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Action for damages. Muscogee Superior Court. Before Judge Thompson. September 30, 1957.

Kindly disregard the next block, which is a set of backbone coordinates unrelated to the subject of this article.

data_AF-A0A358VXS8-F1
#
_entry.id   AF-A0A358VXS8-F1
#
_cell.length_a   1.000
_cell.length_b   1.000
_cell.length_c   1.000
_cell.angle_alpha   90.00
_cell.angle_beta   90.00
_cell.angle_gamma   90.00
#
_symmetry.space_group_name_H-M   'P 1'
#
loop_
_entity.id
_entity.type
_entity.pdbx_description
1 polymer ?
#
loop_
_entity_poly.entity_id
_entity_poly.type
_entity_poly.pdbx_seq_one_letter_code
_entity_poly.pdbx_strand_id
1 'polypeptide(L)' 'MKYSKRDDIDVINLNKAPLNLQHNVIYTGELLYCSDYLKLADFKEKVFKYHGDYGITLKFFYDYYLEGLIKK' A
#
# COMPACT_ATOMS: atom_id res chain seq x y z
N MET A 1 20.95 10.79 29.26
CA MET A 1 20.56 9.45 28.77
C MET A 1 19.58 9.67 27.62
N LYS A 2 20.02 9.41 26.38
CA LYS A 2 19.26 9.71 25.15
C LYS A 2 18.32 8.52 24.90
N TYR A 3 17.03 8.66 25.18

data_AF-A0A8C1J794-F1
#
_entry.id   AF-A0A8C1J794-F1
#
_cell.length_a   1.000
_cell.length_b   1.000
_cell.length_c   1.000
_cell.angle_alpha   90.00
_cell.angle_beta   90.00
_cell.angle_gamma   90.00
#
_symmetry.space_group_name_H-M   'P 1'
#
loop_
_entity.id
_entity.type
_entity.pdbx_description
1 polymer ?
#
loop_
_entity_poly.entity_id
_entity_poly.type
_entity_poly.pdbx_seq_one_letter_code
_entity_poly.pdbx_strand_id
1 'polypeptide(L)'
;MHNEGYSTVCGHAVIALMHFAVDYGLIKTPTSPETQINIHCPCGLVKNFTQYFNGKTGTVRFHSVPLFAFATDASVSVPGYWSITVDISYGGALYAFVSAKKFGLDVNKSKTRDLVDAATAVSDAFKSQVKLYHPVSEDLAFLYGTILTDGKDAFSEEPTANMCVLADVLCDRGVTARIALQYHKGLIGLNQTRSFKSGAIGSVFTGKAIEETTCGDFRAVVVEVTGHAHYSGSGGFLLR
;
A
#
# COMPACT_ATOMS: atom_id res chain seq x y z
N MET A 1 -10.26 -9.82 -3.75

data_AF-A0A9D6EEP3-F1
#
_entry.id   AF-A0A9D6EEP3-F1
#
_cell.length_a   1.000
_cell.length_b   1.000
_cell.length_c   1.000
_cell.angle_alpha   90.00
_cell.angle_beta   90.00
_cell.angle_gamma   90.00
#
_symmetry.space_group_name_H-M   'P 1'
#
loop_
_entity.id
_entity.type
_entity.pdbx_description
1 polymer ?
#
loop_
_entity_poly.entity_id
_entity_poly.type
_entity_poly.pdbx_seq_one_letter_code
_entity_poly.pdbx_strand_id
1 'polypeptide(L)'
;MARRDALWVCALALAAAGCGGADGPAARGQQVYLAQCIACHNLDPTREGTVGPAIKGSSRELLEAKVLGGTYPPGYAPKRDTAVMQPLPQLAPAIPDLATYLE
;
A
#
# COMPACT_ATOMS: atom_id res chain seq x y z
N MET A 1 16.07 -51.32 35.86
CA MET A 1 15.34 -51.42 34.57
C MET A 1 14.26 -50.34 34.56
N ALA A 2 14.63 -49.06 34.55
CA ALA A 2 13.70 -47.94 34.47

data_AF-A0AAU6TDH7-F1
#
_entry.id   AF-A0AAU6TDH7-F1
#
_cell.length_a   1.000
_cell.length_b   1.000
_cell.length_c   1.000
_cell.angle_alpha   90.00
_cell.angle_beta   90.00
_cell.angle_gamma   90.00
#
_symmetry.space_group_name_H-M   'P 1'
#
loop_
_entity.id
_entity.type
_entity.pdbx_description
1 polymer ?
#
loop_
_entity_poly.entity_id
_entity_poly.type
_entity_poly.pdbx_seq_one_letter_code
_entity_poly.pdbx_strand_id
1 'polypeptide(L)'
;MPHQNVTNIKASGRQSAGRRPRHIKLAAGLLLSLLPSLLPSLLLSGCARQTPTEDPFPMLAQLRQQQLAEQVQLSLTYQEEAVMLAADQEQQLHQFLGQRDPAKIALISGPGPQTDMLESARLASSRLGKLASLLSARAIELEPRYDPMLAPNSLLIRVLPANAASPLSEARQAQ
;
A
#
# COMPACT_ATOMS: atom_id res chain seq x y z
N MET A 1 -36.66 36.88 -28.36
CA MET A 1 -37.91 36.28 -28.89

GARDNER, Presiding Judge.
The pleadings in the instant case do not show that the plaintiff was entitled to recover while in the process of taking pictures for someone other than the defendant.